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  12. Solar-Powered 3D Printer Turns Desert Sand Into Glass Bowls And Sculptures

    The sun’s rays can be harnessed to power everything from homes to gadgets, but one graduate student is using the sun to create a super-printer capable of printing elaborate glassware. Markus Kayser took his graduate project all the way to the sands of the Sahara in Egypt to create his innovative idea dubbed the ‘Solar Sinter’. The incredible design uses a 3D digital printer and the sun’s rays to turn the sand into incredible glass bowls and sculptures that are out of this world.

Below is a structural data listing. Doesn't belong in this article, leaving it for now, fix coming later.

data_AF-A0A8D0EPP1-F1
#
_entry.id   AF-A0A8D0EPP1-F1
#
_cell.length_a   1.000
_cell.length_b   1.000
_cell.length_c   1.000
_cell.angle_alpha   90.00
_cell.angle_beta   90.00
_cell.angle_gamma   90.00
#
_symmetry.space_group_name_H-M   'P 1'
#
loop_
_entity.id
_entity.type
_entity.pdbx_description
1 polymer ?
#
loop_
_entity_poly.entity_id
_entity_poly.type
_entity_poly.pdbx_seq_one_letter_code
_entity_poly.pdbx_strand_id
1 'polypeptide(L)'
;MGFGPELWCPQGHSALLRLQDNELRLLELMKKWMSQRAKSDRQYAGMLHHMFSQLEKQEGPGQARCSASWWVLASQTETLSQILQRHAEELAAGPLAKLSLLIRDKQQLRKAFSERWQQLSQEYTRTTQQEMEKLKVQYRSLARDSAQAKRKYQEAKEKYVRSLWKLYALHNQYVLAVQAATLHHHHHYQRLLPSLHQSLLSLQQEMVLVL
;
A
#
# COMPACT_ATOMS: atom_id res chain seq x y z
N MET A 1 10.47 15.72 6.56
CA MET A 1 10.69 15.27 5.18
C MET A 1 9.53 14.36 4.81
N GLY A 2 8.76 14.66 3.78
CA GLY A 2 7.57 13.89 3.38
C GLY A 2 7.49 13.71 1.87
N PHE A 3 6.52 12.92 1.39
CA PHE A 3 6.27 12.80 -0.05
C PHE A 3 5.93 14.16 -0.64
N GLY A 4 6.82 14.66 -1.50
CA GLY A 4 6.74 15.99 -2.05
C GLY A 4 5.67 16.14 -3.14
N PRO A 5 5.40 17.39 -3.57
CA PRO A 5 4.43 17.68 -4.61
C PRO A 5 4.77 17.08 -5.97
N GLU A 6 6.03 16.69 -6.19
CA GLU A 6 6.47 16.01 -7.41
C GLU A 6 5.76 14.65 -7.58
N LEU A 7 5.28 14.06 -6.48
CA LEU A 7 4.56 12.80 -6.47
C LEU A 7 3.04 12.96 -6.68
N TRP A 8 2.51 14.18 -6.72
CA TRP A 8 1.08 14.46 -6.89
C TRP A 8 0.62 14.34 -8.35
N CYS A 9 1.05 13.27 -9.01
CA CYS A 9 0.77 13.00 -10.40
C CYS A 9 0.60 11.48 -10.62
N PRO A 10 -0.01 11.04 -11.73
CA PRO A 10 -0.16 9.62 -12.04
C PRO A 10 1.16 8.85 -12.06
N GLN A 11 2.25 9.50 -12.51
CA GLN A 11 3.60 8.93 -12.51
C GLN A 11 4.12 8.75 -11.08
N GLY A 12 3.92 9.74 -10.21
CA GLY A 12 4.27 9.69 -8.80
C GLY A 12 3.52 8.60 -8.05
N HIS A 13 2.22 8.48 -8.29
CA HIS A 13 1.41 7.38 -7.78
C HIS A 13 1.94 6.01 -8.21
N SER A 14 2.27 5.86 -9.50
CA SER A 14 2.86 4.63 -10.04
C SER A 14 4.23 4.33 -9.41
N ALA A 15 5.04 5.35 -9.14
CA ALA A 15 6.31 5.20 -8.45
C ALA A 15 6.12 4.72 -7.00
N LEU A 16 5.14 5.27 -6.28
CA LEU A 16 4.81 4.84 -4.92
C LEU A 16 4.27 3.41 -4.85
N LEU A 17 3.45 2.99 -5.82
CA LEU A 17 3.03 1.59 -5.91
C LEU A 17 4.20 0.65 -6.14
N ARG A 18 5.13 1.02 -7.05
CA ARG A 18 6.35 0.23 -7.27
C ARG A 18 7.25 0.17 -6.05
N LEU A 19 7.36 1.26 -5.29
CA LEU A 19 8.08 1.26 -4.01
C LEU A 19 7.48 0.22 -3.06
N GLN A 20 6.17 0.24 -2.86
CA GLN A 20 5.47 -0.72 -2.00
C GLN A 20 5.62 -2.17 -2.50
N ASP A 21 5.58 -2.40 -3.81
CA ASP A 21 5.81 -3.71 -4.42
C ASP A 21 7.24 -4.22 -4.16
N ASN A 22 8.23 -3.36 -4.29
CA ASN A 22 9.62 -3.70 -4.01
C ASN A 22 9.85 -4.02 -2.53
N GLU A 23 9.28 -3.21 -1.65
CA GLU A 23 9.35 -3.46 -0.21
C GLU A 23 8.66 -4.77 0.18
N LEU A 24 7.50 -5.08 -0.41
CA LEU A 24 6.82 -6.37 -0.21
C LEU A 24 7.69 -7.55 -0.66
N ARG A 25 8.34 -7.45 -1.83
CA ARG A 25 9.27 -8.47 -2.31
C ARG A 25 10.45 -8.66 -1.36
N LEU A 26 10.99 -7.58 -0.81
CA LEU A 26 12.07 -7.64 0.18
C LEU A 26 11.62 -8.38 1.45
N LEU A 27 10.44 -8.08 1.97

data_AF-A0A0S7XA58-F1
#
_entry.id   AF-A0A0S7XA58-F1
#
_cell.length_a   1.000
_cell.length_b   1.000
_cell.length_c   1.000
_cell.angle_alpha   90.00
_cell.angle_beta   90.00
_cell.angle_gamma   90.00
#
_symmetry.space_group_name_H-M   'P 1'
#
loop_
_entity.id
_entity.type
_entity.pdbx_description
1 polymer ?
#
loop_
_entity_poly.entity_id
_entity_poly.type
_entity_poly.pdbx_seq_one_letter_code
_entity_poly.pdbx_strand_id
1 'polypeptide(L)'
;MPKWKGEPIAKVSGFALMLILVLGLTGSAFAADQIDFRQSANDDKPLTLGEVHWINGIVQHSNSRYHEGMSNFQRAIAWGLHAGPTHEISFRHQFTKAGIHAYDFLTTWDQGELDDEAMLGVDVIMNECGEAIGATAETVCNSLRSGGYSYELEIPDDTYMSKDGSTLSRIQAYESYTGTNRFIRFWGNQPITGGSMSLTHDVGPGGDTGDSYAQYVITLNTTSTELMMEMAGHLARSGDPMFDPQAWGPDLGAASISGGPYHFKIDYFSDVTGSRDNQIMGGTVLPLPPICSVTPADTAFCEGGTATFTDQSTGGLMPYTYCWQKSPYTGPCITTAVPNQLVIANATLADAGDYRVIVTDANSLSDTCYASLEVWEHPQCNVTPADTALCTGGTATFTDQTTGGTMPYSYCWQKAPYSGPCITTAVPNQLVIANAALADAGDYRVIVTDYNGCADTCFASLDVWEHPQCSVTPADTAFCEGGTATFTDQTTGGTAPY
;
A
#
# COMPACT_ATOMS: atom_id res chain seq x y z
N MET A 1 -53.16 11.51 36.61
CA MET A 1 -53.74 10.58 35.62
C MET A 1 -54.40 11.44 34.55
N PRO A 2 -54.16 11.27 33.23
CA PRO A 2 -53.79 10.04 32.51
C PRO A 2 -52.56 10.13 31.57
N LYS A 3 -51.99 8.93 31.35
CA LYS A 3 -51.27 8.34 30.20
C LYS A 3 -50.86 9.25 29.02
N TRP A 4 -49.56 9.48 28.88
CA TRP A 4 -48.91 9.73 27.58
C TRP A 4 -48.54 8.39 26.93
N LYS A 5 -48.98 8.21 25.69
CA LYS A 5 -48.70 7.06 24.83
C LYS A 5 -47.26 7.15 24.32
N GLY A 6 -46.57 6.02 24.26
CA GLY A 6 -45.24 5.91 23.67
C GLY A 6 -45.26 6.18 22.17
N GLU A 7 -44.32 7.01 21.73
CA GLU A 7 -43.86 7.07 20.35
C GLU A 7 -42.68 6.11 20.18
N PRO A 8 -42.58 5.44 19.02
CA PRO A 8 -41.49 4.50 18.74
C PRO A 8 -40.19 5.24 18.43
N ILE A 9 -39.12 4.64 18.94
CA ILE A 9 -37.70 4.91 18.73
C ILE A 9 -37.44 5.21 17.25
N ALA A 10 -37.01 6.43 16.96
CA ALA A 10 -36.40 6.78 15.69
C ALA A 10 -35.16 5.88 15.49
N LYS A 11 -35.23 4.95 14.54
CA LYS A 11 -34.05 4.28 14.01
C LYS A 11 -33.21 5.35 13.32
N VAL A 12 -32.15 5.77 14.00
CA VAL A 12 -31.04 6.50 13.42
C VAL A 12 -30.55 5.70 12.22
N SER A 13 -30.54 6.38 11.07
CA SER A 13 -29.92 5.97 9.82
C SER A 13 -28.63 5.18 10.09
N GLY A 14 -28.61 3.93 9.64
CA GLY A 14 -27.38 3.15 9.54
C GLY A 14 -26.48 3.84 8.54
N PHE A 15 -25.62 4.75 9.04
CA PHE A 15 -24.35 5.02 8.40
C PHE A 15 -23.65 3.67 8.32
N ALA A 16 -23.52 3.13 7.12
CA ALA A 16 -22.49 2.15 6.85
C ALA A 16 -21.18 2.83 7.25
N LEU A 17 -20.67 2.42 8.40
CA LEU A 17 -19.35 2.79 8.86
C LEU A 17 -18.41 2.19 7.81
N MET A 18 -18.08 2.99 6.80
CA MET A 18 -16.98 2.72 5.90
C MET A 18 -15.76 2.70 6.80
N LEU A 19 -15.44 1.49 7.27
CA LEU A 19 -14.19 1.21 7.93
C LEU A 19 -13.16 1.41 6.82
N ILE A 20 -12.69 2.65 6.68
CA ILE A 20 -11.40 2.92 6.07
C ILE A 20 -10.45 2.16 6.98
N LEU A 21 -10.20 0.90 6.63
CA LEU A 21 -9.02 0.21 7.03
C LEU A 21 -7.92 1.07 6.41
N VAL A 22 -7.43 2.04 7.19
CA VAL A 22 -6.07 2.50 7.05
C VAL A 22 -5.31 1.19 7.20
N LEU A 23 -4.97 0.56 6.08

The Solar Sinter is made up of seven stations: a photovoltaic panel, the focal point for drawing the sun’s rays, a sun tracker, fresnel lens (for magnifying the rays), a battery, controlling electronics, and finally a silver tent dubbed the “office,” where Kayser can shield himself from the hot sun, while monitoring the process. Dragging the mini-station far into the desert, Kayser utilizes the abundant natural energy.

    Inside the solar powered 3D printer, the sands of the desert replace traditional resin in the production process. The sands are melted and molded into varying shapes using the 3D printer. The entire process is as beautiful as the objects themselves, beautifully glowing and transforming as the sands melt together, evoking footage of the birth of stars in space.